When it comes to Japanese cars from the 1980s, I've never quite seen one that evokes as much love, nor as enthusiastic a following, as the AE86 Toyota Corolla. To some people they're just weird old hatchbacks that look more suited to being driven by elderly ladies to the supermarket and back; but to others they are lightweight, rear-wheel drive cars with fun engines that beg you to drive them hard - not to mention a certain character and style that you only get from 1980s Japanese design. It's just crazy to think that, when I was much younger, these cars could be picked up for a few hundred pounds. Nowadays, you can see some examples going for over £10,000!
On that note, if there's one country (excluding Japan) that has the biggest love for the AE86 as far as I've seen, it's got to be Ireland. I'm not sure what it is, but people the Irish are nuts for them and it always impresses me how such a small country can contain so many. There are more in Ireland than in most of the UK combined.
My personal love for the AE86 came about, like many others, through drifting. There's just something so right about seeing an AE86 being thrown sideways, foot to the floor, with the driver giving it everything he has. It's just RAW, and it's always been my dream, since I started shooting cars, to shoot an AE86. Not just any old 86 - it had to be the right one. So, when I came across some new photos of Killian O'Brien and Kevin Reilly's Levin and Trueno, I knew they were the ones I had to shoot. So, after organising things with Killian and Kevin, I and my girl (who happens to be a big fan of Corollas, too - luckily for me!) headed over for a taste of Team Tekno style! Read more...
All I needed was my first chance to do something new - and that chance recently came in the form of this BMW E46 3 series owned by Josh Mussell of the Lowdailys crew. Read more...
A lot of people were crowded around the Bisimoto Honda Insight drag car and the hoodless 700hp D16Z powered Civic wagovan that Bisi drives on the street (Sshhhhh! We hope that we don't have any cops reading this!). Luckily, we were able to use our MotorMavenly powers of persuasion (or coercion) to ask people to move out of the way for just a little bit so we could reposition the cars and snap these photos! Read more...
Well apparently, our resident sick stanced sticker cutter got bored today, since he is out of high school and has all this free time on his hands now. I suppose boredom sometimes leads to creativity, because Abbitt broke out his Canon 7D and busted out a short film to try out his newest piece of non-Canon glass (FAIL) on a video of his car… the super slammed Subaru STi that’s been scraping driveways and road reflectors all over Snohomoish Washington.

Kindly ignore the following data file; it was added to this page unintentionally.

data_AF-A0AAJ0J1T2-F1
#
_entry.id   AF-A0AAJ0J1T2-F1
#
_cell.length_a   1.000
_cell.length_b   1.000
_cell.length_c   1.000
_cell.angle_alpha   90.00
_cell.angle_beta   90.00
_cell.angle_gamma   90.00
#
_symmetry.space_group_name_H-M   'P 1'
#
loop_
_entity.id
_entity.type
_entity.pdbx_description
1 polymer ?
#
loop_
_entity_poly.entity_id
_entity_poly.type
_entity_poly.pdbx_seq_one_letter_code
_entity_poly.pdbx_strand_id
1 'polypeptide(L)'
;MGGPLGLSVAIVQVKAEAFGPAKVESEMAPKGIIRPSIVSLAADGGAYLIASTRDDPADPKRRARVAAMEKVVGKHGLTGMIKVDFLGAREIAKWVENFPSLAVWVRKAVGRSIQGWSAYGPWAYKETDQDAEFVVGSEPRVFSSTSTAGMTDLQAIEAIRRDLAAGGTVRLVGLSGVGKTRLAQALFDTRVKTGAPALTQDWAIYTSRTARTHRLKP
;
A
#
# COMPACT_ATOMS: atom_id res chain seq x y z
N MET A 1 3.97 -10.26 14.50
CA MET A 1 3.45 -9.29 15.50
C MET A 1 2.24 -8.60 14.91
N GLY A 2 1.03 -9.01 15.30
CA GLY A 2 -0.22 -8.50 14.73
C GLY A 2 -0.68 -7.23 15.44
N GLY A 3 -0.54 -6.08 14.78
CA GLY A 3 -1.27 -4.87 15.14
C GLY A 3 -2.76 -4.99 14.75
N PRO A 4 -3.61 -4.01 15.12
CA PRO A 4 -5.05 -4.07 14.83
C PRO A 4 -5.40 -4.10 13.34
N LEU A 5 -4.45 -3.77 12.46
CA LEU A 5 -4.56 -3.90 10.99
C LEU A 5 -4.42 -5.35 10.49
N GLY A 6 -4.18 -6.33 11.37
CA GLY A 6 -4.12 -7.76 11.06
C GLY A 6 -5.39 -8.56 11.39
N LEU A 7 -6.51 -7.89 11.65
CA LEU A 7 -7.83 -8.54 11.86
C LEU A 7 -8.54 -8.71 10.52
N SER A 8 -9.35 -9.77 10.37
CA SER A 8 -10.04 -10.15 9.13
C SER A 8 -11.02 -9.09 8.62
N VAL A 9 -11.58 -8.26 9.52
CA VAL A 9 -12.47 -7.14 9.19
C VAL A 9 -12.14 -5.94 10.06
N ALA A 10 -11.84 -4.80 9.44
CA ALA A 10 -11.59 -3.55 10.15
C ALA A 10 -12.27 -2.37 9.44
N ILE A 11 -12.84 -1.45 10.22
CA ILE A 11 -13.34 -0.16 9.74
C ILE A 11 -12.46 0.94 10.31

Enjoy the video! (Buy some Canon glass, next time, Eighteen and famous.)
:: Yoshi Shindo
I have a long history in the import car scene which dates back to 1996 - I started out with a B16A-swapped 1990 Civic DX hatchback. I owned about seven Hondas before I moved on to Nissans - eventually taking a 1993 white S13 240SX hatchback from bone stock to an SR20DET-swapped 385whp beast sitting on 18x9.5 +12 and 18x10.5 +15 Takata green Volk TE37s with rolled/pulled stock fenders. Ever since then, I've been into the wheel fitment scene and carried over what I learned from my S13 to my current daily driver - the 350Z you see pictured here.
I have mad respect for all kinds of cars, including Hondas, Japanese classics, VIP-style, American muscle and anything with sick stance. I hope to bring a little something new to MotorMavens and expose some types of vehicles that haven't been fully showcased here yet as I uncover what AZ has to offer.
The style I was aiming for with my 2003 Z33 350Z 6MT Touring model was inspired by my previously owned S13. After putting aggressive offsets on the 240, I was hooked. I knew that when it was time to step up with my Z, I would have to take it up a notch. My Z had several sets of wheels on it before I finally ended up with what you see in these pics. None of my previous wheels were nearly aggressive enough and thus began my quest for what I like to call "gangster wheel fitment." Read more...
Man. I’m not quite sure what to say. I was forwarded this link from a friend of mine, who basically said, “dude, you gotta read this. This article bashes slammed cars, negative offset, and the usage of roof racks and rusted body parts. It even bashes websites that promote that style (specifically naming HellaFlush), Miata.net and other forums.”
At first, I thought, “That sucks, but whatever… people talk shit on the internet all the time just to spike up their traffic or make a name for themselves.” But then I re-read the email. It talks shit about Corollas?! More specifically, it refers to our beloved AE86 Corollas (other cars are on the list too) as “irredeemable garbage.” Wow. That’s a pretty bold statement.
For most of the people I’ve been hanging out with for the past 10 years, talking shit about a person’s car is worse than talking shit about a person’s family. In many circles, those are fighting words. While I like to think that I’ve grown up a bit, and I like to think it doesn’t bother me when people disparage the cars I have been passionate about for the past decade… I think, perhaps, I haven’t grown up. I sure haven’t “grown out of it” – I haven’t grown out of my passion for AE86s; for negative offset wheels; for demon camber; for low stanced cars; for stretched tires… hell no. If anything, I’ve become happy that people are embracing this style, and seeing people all over the world build cars of this type is only adding fuel to the fire.